We're fortunate to live in a town with a large university that has a number of international students.  We also have some staff (pastors and others) that have marketable editing skills.  Let's get together and make some money editing those papers

2.  Sunday services.
Yes, of course your church has Sunday morning services.  But do you have car detailing or oil changing services while you worship?  How about coffee or tea delivered to your pew?  Maybe we could arrange house cleaning while your soul is purified.

3.  Phone apps.
A lot of people at our church use their phones as Bibles as well as note taking devices.  Let's make an app where you could take notes.  The app could be a game based on the sermon.  Maybe if you finish the game, you get a sponsored prize or coupon.

4.  Sponsorhips
Speaking of sponsorhips, how about "Today's communion is brought to you by County Market"?  The church would never change it's name, but the name of the building is available for the right price.  We have a weekly bulletin.  That thing is begging to be stuffed with flyers and coupons.  How about 15% off your entree at a local restaurant following the service?

Did you like the pastor's tie?  His sweater?  We'll have links and QR barcodes in the bulletin and on our screens for his entire outfit.  This is even better if you your pastor is a woman.
How can churches with male pastors reach the women?  Our host/emcee is a woman!  While she's giving announcements (brought to you by Wolfram Alpha) about upcoming events, we'll zoom in on her shoes and provide a link on our big screens.


5.  Remote events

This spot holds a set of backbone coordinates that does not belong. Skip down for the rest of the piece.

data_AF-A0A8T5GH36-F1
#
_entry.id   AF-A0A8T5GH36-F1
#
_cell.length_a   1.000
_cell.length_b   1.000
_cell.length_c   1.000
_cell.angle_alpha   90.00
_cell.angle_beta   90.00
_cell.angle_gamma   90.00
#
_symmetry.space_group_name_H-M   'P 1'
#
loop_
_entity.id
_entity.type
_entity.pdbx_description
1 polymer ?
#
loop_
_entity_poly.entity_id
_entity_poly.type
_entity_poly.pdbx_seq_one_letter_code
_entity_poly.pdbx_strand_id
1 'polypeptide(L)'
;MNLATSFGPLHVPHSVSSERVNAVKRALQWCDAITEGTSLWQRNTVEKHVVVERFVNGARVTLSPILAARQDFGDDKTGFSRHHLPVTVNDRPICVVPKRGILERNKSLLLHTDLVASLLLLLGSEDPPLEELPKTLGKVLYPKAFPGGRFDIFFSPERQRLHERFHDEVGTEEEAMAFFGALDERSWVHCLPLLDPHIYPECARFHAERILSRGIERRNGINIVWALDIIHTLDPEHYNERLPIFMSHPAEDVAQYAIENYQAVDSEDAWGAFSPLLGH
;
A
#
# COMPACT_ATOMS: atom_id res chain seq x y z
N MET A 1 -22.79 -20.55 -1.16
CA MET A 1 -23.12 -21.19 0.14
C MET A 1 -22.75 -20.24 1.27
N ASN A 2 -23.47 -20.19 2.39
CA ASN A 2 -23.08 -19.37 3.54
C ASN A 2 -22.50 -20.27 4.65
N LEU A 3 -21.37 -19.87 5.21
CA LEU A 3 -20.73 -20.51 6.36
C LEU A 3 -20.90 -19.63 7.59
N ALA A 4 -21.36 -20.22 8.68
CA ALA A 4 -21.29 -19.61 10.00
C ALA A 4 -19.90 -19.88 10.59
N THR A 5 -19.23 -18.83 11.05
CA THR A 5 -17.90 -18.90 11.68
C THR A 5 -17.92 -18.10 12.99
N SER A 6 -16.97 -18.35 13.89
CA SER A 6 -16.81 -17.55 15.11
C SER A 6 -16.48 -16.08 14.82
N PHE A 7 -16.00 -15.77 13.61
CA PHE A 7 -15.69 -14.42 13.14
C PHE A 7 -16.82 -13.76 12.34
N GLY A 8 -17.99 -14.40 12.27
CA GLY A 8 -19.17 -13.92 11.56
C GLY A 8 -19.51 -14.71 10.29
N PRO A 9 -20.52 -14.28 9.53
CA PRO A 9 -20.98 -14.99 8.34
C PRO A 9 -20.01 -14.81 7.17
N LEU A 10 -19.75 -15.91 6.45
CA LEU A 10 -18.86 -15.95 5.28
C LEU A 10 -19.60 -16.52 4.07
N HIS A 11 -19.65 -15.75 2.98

Our church is special in that a large number of students have attended and moved away.  Many of them have been in Chicago, made good money, and don't have a good channels for giving back to our church.  Following the political fund-raising approach, we can have fancy dinners that that cost considerably more than usual.  Former pastors could give a brief devotional and share some fond memories of the good old days, reminding everyone that the good times can continue (when sufficient funds are available) today.  Did you know a bunch of university athletes have attended our church?  I'm sure they'd be willing to stop by and shake a few hands.

6.  On the controversial side
Recall in the book of Acts where hankees held by apostles could heal people.  We don't guarantee that level of service, but perhaps a pastor could pray that a tissue would bless you.  Maybe you could ensure that your request is lifted up first during pastoral prayer meetings.

May your church prosper!

Saturday, November 7, 2015

not as conservative as I used to be...

 A group of 15 from work went to a Chinese restaurant last week to say farewell to some friends. We all ordered a dish and shared them on the lazy susan.  There were a few Chinese people in the group, so some dishes weren't familiar to me.  One is particular looked a bit like a translucent sponge.  I'm ashamed to admit that I didn't try it.

Day after day we plead with the kids to eat the [generally delicious] food on their plates.  The current list of non-eaten foods includes marinara sauce for spaghetti, any soup, any stir-fry, most vegetables, and so on.  So there I was (without them, it should be noted) and I ate only what I wanted.  But in my defense, there were about 7 other dishes that I tried.  I was a bit full when I learned that the dish was cow tendon.  So maybe not so gross.  But why eat meat-like products when meat is available, right?

 At the end of the meal, about 1/3 of the food remained.  I was happy to walk away and let it be thrown away.  But a number of us decided to box it and take it home.  Perhaps because I'm in middle age, but experiences like this are jolting me lately with the question:  how did I end up here?

In this case, I wondered, how is it that I'm much less conservative than my coworkers?  After a bit of self-reflection, I have my answer.  The kids have done their utmost to grind it out of me.  We put food on their plates in the hope that they'll try it.  They don't.  I request them to try it.  They don't.  I say, why don't you try some?  They generally don't.  I say, how about eating 3 bites?  They eventually try 1.  Then I have to decide if 1 bite is enough [to get dessert later, my only negotiating chip] or if I want to push for all 3.  Sometimes a child takes a bite but something is wrong with the food so she spits it out.